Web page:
•Divergent lncRNAs regulate the expression of adjacent genes in pluripotent cells
•The lncRNA Evx1as binds locally to chromatin and promotes EVX1 transcription in cis
•Evx1as acts upstream of EVX1 to mediate mesendodermal lineage differentiation
Summary:
Divergent lncRNAs that are transcribed in the opposite direction to nearby protein-coding genes comprise a significant proportion (∼20%) of total lncRNAs in mammalian genomes. Through genome-wide analysis, we found that the distribution of this lncRNA class strongly correlates with essential developmental regulatory genes. In pluripotent cells, divergent lncRNAs regulate the transcription of nearby genes. As an example, the divergent lncRNA Evx1as promotes transcription of its neighbor gene, EVX1, and regulates mesendodermal differentiation. At a single-cell level, early broad expression of Evx1as is followed by a rapid, high-level transcription of EVX1, supporting the idea that Evx1as plays an upstream role to facilitate EVX1 transcription. Mechanistically, Evx1as RNA binds to regulatory sites on chromatin, promotes an active chromatin state, and interacts with Mediator. Based on our analyses, we propose that the biological function of thousands of uncharacterized lncRNAs of this class may be inferred from the role of their neighboring adjacent genes.
1
Add a comment...
Have them in circles
208 people
Celulas Madres's profile photo
Trends's profile photo
Sheida Shahraki's profile photo
Xytex Cryo International's profile photo
Stem Cells Craze's profile photo
Ariel Rinon's profile photo
Daryl Fallin (theDaryl)'s profile photo
Matej Buzgo's profile photo
Petter Lauritz Sand's profile photo

Cell Stem Cell

Shared publicly  - 
 
Our April issue went live yesterday - between CRISPR in iPSCs inducing gene silencing via interference, or restoring dystrophin expression via large scale deletion, and epigenetic mechanisms controlling regeneration (SWI/SNF) or hematopoietic stem cells (SIRT6/Wnt) we hope you will find something that peaks your interest! http://ow.ly/10sjZP #stemcells
1
Add a comment...

Cell Stem Cell

Shared publicly  - 
 
New Online: Expression analysis highlights AXL as a candidate Zika virus entry receptor in neural stem cells.
The report, from Arnold Kriegstein and colleagues, uses single cell expression analysis of human radial glia, brain capillaries and microglia and finds they express high levels of the candidate receptor AXL. The receptor is also expressed in rodent and human cerebral organoid models, which may be used to study the mechanisms of ZIKV infection and its effects on brain development in future work.
Find out more about the study here: http://ow.ly/106Is2 #stemcells
1
Add a comment...

Cell Stem Cell

Shared publicly  - 
 
New online from Hao Zhu and colleagues at UT Southwestern: Suppression of the SWI/SNF Component Arid1a Promotes Mammalian Regeneration.

•Arid1a loss results in improved regeneration after diverse liver injuries
•Arid1a overexpression impairs liver proliferation and regeneration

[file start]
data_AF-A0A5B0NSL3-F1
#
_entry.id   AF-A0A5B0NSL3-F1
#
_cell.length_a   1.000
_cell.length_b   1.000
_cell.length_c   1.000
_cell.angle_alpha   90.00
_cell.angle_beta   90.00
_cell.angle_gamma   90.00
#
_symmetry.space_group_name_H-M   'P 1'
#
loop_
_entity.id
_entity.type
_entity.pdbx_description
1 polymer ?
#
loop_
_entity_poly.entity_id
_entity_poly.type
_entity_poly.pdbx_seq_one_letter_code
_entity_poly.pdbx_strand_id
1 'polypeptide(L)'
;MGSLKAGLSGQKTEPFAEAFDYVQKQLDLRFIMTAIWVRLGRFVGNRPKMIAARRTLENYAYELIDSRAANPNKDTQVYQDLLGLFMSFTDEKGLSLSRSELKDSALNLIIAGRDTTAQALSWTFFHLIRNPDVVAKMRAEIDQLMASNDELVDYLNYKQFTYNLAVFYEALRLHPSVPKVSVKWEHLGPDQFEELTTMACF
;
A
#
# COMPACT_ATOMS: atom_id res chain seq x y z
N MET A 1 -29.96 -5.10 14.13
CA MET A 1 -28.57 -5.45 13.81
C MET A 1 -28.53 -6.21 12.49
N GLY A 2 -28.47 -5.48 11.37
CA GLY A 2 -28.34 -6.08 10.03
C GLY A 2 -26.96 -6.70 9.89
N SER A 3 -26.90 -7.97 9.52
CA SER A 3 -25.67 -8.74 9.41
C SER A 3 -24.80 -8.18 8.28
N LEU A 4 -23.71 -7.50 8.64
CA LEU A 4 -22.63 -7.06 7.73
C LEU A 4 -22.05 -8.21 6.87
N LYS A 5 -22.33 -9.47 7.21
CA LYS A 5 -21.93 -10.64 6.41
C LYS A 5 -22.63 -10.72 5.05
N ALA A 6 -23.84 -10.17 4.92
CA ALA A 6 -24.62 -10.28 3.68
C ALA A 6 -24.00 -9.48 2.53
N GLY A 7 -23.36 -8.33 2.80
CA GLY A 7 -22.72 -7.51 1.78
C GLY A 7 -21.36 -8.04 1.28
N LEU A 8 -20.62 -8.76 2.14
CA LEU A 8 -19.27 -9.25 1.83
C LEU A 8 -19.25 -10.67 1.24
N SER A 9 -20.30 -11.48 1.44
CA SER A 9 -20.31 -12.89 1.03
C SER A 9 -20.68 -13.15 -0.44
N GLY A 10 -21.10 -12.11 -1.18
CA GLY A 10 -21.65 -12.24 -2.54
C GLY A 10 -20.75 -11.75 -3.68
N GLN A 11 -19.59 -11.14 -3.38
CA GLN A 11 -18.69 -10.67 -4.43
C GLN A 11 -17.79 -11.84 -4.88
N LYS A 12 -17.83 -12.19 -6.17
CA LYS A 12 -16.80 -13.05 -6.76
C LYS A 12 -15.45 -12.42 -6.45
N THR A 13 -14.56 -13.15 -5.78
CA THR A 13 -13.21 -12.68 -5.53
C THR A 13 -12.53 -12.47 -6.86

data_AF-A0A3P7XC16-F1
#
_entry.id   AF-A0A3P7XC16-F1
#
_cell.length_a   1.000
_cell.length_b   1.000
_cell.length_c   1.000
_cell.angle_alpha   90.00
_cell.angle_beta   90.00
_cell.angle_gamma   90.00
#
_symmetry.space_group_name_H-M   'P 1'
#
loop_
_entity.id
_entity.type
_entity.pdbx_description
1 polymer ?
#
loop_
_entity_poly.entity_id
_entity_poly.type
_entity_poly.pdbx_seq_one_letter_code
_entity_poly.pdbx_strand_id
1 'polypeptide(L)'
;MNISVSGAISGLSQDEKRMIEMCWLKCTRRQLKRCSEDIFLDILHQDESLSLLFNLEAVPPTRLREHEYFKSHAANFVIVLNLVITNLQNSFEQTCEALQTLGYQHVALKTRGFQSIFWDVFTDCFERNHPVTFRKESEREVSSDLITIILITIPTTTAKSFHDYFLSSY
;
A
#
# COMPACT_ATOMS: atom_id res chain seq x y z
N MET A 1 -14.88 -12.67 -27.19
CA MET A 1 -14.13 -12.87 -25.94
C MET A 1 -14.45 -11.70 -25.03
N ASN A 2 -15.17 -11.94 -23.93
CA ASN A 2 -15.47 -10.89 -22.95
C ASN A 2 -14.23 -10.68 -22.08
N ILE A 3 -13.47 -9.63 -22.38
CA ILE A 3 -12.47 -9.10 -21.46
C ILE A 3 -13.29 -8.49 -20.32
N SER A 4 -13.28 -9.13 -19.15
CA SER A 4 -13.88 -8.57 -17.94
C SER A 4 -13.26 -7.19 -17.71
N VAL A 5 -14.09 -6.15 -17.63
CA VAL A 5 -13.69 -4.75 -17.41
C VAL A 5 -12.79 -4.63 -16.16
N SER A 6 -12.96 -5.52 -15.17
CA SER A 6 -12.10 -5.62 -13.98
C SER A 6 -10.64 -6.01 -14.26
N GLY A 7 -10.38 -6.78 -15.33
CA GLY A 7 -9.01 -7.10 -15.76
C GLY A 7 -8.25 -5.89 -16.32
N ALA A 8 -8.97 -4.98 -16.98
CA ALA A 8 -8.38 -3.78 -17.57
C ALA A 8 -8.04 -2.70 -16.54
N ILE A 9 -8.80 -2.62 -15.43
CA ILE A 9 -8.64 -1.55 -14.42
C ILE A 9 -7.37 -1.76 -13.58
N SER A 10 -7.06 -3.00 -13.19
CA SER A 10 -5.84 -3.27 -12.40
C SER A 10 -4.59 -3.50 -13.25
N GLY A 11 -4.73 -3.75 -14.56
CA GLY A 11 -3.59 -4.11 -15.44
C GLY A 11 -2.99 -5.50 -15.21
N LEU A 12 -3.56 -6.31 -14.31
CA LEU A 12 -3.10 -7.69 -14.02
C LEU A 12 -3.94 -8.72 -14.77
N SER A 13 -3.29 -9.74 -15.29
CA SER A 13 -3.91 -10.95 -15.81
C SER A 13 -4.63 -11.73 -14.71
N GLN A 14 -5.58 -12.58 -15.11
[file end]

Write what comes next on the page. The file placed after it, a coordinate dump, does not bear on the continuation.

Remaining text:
•Arid1a loss also improves tissue repair after ear hole punch
•Arid1a loss remodels chromatin, altering transcriptional access by C/EBPα and E2F4
Summary
Mammals have partially lost the extensive regenerative capabilities of some vertebrates, possibly as a result of chromatin-remodeling mechanisms that enforce terminal differentiation. Here, we show that deleting the SWI/SNF component Arid1a substantially improves mammalian regeneration. Arid1a expression is suppressed in regenerating tissues, and genetic deletion of Arid1a increases tissue repair following an array of injuries. Arid1a deficiency in the liver increases proliferation, reduces tissue damage and fibrosis, and improves organ function following surgical resection and chemical injuries. Hepatocyte-specific deletion is also sufficient to increase proliferation and regeneration without excessive overgrowth, and global Arid1a disruption potentiates soft tissue healing in the ear. We show that Arid1a loss reprograms chromatin to restrict promoter access by transcription factors such as C/ebpα, which enforces differentiation, and E2F4, which suppresses cell-cycle re-entry. Thus, epigenetic reprogramming mediated by deletion of a single gene improves mammalian regeneration and suggests strategies to promote tissue repair after injury.#stemcells http://ow.ly/ZVlBv
2
2
Add a comment...

Cell Stem Cell

Shared publicly  - 
 
Are you going to be in the Boston area on Thursday May19th and are you interested in gender and science? If so, you're in luck! In collaboration with the Association for Women in Science, Cell Press is presenting a free LabLinks meeting: The Gender of Science and the Science of Gender.

Registration is free, but you need to sign up. http://ow.ly/ZDKEJ
1
Add a comment...

Cell Stem Cell

Shared publicly  - 
 
In their Perspective article from this month's Featured Five Reviews, Zena Werb and colleagues ask "How Essential Is the Niche in Regulating Stemness of Tumor Cells?"

Their conclusion is that the niche is critical to understanding how tumors form and progress into malignant disease. Since cancer stem cells survive many commonly employed cancer therapies, they also discuss the prospects for targeting the niche components and in some cases, they consider them to be preferable therapeutic targets to the tumor cells themselves. #cancer #stemcells http://ow.ly/Zw1rj
2
1
Add a comment...
People
Have them in circles
208 people
Celulas Madres's profile photo
Trends's profile photo
Sheida Shahraki's profile photo
Xytex Cryo International's profile photo
Stem Cells Craze's profile photo
Ariel Rinon's profile photo
Daryl Fallin (theDaryl)'s profile photo
Matej Buzgo's profile photo
Petter Lauritz Sand's profile photo
Contact Information
Contact info
Email
Story
Tagline
Cell Stem Cell is monthly journal from Cell Press launched in June 2007.
Introduction
Cell Stem Cell is an official affiliated journal of the International Society for Stem Cell Research (ICCSR), and is published by Cell Press in Cambridge, MA.  

We drive innovation in science by publishing exciting stem cell research and supporting investigators with resources and tools for connecting and collaborating with their peers.